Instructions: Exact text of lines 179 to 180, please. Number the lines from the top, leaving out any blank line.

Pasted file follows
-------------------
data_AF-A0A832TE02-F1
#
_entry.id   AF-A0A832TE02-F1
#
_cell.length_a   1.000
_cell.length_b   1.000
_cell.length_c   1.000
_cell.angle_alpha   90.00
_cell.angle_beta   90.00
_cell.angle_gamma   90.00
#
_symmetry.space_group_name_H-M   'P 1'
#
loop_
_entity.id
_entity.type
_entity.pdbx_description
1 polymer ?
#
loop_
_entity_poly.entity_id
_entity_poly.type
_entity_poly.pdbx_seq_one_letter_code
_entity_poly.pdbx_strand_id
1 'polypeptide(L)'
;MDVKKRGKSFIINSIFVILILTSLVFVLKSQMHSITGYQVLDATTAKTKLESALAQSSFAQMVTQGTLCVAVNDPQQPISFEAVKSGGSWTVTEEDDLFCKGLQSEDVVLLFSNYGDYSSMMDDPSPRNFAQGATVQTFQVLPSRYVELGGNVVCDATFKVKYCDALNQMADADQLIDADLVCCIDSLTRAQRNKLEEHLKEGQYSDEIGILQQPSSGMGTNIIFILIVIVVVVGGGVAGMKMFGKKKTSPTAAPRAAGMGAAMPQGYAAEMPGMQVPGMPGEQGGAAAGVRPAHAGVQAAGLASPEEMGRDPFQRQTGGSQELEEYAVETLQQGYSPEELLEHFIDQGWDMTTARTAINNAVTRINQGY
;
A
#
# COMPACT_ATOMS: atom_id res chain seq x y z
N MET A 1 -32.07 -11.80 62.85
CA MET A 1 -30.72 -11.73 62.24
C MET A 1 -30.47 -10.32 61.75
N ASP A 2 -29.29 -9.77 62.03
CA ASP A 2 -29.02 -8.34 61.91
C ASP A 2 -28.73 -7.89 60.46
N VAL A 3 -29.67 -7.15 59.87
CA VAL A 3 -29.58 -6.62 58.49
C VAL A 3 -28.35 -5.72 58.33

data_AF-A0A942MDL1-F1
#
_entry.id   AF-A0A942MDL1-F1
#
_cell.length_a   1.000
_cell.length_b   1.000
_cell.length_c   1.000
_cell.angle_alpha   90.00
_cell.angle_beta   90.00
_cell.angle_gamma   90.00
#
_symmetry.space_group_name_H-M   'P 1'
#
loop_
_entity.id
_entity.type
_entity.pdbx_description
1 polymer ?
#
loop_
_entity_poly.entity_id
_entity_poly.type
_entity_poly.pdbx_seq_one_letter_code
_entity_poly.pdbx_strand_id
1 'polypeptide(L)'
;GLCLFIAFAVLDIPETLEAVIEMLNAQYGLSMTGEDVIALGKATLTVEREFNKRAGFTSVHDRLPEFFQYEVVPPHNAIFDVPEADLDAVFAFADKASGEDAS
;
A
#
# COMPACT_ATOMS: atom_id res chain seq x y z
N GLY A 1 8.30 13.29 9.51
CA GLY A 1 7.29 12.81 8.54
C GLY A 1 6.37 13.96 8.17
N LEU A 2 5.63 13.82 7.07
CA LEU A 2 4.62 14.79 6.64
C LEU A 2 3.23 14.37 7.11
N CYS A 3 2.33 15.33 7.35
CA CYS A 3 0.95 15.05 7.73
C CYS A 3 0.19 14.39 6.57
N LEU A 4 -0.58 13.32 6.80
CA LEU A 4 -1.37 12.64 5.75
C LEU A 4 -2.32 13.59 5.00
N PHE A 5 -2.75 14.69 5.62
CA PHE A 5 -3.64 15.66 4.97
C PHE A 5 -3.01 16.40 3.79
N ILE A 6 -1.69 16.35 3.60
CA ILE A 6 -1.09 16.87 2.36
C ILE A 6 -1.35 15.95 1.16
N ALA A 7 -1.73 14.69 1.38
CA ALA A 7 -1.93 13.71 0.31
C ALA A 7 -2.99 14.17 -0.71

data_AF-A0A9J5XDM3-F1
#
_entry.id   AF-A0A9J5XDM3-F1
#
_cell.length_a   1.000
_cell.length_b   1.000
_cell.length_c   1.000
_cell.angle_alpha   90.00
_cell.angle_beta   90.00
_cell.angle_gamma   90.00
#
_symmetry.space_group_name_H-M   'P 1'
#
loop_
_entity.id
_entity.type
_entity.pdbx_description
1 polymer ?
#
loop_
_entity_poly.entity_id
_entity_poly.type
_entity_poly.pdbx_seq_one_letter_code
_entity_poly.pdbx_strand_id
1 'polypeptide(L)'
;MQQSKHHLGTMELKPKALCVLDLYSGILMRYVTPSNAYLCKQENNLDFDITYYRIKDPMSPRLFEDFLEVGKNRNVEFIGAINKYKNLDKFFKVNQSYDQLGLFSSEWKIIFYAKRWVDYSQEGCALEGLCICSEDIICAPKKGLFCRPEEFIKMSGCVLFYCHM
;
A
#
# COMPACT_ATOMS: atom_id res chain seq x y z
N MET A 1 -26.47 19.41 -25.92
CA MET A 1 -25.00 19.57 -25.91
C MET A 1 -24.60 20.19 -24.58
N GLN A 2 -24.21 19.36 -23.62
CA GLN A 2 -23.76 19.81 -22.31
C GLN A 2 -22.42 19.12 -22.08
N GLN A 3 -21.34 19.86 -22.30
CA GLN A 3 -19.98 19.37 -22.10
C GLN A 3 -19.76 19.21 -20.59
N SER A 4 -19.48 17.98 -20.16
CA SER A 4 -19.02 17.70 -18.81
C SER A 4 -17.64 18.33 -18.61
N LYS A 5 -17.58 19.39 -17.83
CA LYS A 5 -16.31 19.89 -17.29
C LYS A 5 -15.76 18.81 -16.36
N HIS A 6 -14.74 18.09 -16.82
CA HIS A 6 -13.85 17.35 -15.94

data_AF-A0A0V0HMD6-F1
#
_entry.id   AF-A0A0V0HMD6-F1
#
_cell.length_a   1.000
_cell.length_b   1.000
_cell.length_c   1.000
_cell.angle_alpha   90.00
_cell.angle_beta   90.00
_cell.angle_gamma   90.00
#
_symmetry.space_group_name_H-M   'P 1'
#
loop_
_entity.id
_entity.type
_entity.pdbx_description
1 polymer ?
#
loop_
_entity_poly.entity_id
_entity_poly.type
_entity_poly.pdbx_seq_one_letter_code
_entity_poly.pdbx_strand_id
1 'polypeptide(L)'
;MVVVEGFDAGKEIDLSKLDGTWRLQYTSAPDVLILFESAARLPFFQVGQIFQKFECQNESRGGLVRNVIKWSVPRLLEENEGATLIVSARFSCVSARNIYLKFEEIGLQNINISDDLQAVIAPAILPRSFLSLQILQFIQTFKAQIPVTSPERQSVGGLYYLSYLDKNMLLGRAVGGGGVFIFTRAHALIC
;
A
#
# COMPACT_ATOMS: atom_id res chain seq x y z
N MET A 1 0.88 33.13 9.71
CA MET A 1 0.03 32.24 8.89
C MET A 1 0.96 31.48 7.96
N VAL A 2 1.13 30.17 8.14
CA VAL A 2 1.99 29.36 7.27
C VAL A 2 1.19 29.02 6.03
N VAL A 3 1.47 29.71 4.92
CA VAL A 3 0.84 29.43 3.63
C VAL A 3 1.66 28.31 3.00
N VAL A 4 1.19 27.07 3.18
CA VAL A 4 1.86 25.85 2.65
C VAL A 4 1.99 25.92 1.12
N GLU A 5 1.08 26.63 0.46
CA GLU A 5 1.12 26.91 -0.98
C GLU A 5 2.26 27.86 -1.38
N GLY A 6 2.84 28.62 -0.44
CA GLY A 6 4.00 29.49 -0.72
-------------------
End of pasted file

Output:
C VAL A 4 1.99 25.92 1.12
N GLU A 5 1.08 26.63 0.46